- Stop using your USB thumb, external hard drive, memory card or any other external data storage device as soon as you realize that you have deleted some files by mistake or once you notice an unexpected data loss from it.
- If your external storage device has been damaged mechanically, do not try to repair it yourself unless you are a professional with appropriate skills. Note that the majority of fixing “tricks” that you could find on the Internet are at best useless and in the worst case could add fuel to the fire. So, if your device is physically broken, you’d better hurry to a data recovery center.
- Do not fix the logical errors detected by the OS. Most users just click OK on the error popup and let the system make all the necessary corrections. But please avoid fixing any logical error on your external storage device before its files are recovered, as it might lower the chances of successful data recovery.
- Remember to check the connection of an external storage: all the cables should be operating and firmly attached both to the device and to the computer (and in case of a 3,5″ HDD, you should also check the power supply unit and its cable). If your PC does not detect a drive, try using another USB port or cable. If this doesn’t help, make sure your operating system has all the necessary drivers.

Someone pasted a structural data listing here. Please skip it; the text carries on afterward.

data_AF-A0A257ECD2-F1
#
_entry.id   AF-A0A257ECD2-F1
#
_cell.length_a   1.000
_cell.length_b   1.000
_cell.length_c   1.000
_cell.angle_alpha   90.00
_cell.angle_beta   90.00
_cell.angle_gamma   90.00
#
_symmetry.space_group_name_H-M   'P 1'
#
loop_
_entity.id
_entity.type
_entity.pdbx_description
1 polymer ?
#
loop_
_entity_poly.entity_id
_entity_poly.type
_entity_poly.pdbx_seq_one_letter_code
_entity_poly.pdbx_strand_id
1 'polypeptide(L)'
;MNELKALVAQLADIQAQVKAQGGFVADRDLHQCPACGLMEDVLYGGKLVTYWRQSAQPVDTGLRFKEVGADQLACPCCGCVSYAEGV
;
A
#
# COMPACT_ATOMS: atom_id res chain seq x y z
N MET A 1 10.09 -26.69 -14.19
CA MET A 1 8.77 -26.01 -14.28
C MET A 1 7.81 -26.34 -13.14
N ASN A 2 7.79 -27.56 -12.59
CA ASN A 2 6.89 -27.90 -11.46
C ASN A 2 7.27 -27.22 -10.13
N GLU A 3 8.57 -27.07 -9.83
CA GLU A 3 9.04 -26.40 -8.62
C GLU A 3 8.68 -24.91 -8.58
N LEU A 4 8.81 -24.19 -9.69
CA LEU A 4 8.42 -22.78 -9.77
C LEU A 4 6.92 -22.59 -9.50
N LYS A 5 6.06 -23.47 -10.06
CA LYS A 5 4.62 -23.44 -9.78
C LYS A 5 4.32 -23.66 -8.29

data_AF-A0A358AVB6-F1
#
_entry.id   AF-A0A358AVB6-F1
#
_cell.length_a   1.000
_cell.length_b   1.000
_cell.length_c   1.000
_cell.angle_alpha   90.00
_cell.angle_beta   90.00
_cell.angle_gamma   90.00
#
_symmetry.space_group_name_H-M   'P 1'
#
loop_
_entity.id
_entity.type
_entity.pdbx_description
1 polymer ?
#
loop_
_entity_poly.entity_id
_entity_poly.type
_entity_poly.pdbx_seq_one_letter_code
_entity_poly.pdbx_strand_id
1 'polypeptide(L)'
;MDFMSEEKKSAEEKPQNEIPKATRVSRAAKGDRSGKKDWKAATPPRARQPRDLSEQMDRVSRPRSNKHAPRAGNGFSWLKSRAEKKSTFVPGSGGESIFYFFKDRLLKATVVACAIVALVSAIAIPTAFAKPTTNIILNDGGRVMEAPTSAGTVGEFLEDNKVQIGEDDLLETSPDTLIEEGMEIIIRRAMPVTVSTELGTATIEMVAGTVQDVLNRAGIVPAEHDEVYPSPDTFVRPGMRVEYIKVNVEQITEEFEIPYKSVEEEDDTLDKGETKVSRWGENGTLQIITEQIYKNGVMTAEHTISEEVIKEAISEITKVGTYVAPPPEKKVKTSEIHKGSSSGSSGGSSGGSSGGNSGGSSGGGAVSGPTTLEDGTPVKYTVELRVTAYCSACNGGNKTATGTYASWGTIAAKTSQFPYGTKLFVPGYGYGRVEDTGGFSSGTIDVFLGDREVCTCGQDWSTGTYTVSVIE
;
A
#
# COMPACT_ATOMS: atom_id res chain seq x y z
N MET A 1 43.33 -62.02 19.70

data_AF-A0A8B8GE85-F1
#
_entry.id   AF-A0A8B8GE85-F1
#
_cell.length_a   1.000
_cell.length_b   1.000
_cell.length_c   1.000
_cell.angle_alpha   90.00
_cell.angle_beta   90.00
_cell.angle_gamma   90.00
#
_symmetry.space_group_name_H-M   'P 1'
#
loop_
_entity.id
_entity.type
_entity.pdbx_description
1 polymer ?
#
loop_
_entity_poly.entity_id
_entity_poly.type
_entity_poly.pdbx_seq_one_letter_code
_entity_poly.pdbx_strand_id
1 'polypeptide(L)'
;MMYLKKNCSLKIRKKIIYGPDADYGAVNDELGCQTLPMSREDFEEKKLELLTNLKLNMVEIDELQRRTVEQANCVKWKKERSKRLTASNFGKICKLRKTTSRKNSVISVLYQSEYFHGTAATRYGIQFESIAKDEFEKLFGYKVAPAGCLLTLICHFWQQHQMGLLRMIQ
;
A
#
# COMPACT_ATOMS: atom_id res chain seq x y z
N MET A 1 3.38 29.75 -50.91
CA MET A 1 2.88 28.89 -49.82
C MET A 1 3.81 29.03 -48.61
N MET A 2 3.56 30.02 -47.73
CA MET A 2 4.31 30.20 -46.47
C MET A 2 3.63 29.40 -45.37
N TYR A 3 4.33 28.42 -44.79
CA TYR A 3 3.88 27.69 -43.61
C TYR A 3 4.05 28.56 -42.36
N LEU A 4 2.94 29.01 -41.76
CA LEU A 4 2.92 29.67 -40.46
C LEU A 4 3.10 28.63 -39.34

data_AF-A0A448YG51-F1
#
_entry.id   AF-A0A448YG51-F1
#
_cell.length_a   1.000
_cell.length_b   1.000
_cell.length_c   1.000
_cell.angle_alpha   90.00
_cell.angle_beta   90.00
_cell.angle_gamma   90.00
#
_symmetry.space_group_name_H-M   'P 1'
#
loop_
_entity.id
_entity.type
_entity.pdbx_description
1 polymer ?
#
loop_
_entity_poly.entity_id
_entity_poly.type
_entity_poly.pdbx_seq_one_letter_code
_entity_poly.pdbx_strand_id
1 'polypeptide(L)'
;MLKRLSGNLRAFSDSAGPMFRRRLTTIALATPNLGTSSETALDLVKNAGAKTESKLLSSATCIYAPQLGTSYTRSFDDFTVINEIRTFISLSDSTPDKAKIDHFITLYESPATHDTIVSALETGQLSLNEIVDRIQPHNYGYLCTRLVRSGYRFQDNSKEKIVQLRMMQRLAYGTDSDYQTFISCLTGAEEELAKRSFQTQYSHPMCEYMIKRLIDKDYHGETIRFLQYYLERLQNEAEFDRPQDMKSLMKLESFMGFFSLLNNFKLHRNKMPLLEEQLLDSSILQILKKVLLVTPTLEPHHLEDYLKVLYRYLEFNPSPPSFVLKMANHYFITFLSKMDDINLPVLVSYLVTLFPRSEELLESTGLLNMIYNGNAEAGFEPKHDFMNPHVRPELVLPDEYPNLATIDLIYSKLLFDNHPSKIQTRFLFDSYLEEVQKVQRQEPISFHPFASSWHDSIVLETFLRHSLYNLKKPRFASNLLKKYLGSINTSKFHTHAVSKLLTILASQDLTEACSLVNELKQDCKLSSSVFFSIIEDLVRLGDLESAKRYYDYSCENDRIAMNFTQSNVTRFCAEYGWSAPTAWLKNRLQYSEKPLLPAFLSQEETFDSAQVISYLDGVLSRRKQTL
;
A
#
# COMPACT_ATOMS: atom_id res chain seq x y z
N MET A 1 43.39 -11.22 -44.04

- Do not forget to use the safe removal option when unplugging all types of USB-connected drives and do not eject such a device before the writing/deleting procedure is completed, as it may cause data loss or corruption.
- Do not save recovered files to the data storage they are being restored from. That may result in an irreversible data loss.
At last, please pay attention to the trial version limitations: the software will restore all the data that could be recovered, but it won’t let you save a file that exceeds a specified size limit. Check this information at the software page. You should buy and activate a license in order to save any number of files regardless of their sizes.